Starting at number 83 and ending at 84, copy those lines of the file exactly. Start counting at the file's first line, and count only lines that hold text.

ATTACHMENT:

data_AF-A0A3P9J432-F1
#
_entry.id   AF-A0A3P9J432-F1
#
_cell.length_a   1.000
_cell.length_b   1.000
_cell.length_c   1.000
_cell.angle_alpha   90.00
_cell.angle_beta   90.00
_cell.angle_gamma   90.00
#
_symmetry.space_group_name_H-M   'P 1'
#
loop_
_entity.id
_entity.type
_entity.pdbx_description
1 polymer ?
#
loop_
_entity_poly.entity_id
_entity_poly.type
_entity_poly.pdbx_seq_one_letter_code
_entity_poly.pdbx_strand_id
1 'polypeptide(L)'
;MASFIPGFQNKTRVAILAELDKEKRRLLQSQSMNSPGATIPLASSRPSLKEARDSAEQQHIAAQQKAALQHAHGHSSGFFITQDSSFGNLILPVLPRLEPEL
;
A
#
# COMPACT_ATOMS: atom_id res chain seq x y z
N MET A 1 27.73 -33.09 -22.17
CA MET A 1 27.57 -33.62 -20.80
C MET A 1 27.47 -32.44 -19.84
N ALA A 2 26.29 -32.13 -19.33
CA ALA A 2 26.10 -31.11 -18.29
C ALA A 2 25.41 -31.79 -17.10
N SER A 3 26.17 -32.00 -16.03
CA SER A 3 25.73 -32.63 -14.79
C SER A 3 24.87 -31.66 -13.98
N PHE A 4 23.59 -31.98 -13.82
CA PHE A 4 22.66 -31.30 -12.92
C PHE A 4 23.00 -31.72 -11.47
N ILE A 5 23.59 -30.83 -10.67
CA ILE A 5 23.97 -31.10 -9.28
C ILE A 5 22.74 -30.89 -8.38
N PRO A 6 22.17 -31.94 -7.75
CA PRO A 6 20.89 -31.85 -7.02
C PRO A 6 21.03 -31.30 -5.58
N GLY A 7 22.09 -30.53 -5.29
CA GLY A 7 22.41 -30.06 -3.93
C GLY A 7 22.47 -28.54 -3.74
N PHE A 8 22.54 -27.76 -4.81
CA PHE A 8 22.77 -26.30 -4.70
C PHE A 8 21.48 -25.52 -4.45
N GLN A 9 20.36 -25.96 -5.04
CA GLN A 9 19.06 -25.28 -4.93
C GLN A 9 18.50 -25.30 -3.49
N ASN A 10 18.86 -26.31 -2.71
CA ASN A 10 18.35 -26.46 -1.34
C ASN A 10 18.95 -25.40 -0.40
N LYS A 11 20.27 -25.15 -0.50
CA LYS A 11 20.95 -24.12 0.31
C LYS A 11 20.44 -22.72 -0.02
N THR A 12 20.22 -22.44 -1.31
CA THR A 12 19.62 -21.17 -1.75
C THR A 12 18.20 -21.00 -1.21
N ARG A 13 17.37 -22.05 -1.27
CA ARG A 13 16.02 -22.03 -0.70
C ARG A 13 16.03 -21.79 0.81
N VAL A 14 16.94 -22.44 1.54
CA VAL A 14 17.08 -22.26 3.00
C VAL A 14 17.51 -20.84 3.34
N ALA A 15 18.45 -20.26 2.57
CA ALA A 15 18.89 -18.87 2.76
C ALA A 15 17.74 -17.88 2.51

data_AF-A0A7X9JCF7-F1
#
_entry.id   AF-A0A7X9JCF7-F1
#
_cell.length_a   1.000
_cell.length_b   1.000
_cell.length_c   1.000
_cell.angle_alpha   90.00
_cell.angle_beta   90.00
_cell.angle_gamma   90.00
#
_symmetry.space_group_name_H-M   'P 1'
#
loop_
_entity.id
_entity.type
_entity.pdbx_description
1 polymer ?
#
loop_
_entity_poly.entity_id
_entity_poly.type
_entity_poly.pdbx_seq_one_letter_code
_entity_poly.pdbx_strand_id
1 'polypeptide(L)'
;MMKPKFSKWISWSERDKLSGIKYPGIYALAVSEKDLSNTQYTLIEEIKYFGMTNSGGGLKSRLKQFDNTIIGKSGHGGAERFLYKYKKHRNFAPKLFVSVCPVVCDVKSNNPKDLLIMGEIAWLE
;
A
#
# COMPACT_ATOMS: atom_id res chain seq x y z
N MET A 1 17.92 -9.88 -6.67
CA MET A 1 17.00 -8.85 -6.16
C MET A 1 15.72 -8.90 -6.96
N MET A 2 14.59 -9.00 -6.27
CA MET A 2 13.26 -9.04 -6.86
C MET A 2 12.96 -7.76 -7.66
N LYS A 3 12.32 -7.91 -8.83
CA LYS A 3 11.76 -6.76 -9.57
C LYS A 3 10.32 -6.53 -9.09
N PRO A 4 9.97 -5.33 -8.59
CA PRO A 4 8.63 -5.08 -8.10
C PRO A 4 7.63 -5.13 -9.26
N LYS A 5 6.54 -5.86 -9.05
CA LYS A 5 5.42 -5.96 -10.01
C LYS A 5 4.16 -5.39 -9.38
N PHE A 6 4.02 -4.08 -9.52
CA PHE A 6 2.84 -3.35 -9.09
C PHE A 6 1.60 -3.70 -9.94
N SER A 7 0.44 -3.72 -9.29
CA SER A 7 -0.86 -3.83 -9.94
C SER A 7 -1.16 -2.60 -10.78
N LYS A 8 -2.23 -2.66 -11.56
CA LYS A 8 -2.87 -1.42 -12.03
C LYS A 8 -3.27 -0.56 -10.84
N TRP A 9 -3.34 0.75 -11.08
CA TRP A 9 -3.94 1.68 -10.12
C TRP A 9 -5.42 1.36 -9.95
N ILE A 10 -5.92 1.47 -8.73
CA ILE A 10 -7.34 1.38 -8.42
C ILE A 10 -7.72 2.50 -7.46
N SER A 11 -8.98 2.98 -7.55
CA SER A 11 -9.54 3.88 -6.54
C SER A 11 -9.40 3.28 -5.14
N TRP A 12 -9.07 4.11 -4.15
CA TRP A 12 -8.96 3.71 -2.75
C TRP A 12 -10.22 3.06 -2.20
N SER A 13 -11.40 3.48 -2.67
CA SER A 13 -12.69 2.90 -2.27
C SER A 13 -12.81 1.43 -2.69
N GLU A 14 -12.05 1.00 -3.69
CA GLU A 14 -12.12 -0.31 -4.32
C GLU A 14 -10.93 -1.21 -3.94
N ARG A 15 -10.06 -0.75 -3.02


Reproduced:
_cell.angle_alpha   90.00
_cell.angle_beta   90.00